Cyber security is an all-encompassing subject that gets thrown around with many generalizations within the IT marketing landscape. There is no specific blueprint to follow to when securing a company’s IT infrastructure, but there is a philosophy that should be acknowledged as a foundation. The philosophy is called “principles of least privilege,” and it is known as a paramount to keeping your environment secure. This article will explain what this means and how this security model can up your security stature.
What is the Principle of Least Privilege (PoLP)?
The principle of least privilege (PoLP) is an information security concept in which a user’s access rights are limited to only those required to perform their jobs. This principle, sometimes called the access control principle, grants users permissions and access to only those resources that are strictly necessary to perform their job functions. By doing so the damage that can result from an accident or error is limited. For example, an employee who works in sales should not have access to financial records. An account created for someone in marking should not have administrator privileges.
Any system or asset can be protected in two basic ways- first, by patching any weakness or vulnerability, and second, by limiting access and functionality. The first method aims at preventing security breaches while the second method goes one step further and additionally aims at limiting the damage in the case of breaches. This second method is referred to as the principle of least privilege. PoLP is a cybersecurity best practice and is instrumental in the security of critical data and assets. This principle is not restricted to human access alone and can be applied to any application, system, or device that requires access or permissions to perform tasks. The access rights for applications, systems, and processes can also be restricted to only those who are authorized.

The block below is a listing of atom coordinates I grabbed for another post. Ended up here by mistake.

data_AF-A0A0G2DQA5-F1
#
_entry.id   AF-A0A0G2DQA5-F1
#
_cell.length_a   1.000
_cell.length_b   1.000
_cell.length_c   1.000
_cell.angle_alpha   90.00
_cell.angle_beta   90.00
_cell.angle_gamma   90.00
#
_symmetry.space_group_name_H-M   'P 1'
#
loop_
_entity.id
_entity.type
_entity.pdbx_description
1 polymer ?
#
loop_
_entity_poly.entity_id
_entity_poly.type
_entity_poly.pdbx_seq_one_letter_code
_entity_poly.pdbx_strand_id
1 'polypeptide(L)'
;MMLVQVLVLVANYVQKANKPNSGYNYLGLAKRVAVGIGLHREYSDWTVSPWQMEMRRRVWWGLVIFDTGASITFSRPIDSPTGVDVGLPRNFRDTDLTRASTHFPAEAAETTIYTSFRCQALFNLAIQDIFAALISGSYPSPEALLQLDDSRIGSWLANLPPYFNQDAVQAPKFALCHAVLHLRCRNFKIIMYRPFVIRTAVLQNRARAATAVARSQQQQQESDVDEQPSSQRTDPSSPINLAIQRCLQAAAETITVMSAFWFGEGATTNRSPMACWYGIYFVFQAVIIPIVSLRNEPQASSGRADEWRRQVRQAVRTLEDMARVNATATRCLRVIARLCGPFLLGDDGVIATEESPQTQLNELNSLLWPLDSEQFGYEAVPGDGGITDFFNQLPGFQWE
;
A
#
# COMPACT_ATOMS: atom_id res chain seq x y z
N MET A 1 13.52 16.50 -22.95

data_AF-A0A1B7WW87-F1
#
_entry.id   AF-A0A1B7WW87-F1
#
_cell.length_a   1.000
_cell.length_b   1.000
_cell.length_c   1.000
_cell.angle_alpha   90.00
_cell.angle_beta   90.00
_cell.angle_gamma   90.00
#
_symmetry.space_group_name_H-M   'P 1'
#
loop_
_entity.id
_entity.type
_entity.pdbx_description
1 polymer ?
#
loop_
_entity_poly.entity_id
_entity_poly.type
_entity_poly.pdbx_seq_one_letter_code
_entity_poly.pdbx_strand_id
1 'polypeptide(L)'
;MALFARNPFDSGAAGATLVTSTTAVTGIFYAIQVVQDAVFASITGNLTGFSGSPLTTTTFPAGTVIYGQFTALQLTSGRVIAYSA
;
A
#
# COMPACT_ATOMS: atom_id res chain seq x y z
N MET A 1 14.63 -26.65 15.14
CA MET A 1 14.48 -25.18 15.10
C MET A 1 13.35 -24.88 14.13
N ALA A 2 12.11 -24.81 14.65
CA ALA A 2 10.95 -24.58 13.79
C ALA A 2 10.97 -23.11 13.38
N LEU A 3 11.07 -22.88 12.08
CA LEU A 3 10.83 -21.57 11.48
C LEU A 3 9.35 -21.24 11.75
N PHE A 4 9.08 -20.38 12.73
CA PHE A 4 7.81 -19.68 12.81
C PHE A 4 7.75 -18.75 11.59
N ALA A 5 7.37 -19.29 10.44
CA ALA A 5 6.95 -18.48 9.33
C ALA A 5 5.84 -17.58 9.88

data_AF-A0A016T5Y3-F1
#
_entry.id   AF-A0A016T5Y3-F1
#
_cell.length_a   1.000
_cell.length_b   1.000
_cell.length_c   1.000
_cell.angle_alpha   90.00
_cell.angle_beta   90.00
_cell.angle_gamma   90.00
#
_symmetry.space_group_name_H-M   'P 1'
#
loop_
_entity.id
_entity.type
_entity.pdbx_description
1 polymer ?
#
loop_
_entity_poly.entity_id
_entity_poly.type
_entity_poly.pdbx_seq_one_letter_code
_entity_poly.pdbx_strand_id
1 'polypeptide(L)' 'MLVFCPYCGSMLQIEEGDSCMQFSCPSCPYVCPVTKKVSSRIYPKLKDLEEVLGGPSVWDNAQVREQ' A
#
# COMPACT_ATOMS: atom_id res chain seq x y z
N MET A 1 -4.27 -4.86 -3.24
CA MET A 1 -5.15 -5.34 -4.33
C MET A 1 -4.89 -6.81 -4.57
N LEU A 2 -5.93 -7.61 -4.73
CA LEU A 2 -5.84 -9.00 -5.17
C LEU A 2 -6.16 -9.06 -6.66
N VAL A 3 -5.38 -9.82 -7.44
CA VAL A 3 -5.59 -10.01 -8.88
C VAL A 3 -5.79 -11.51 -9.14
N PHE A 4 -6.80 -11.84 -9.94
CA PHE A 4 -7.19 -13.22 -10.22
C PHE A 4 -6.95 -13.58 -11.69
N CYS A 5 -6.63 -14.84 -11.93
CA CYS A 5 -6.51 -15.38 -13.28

Why is the Principle of Least Privilege so important?
- Least privilege prevents data misuse
Users can only steal data they have access to. But one major risk that is often overlooked comes in the form of special rights, for instance remote access for users working from home. As an employer, you are usually not going to assume the worst and expect that your employees will abuse their privileges. However, if you permit them to work from home using a VPN connection, you’ll still want to make sure that you have that DLP function (data loss prevention) in the VPN software activated. Another lurking danger that can be countered using the least privilege principle is your ex-employee with still upright privileges. If POLP is implemented correctly and consistently, the user’s privileges will be revoked completely once he or she leaves.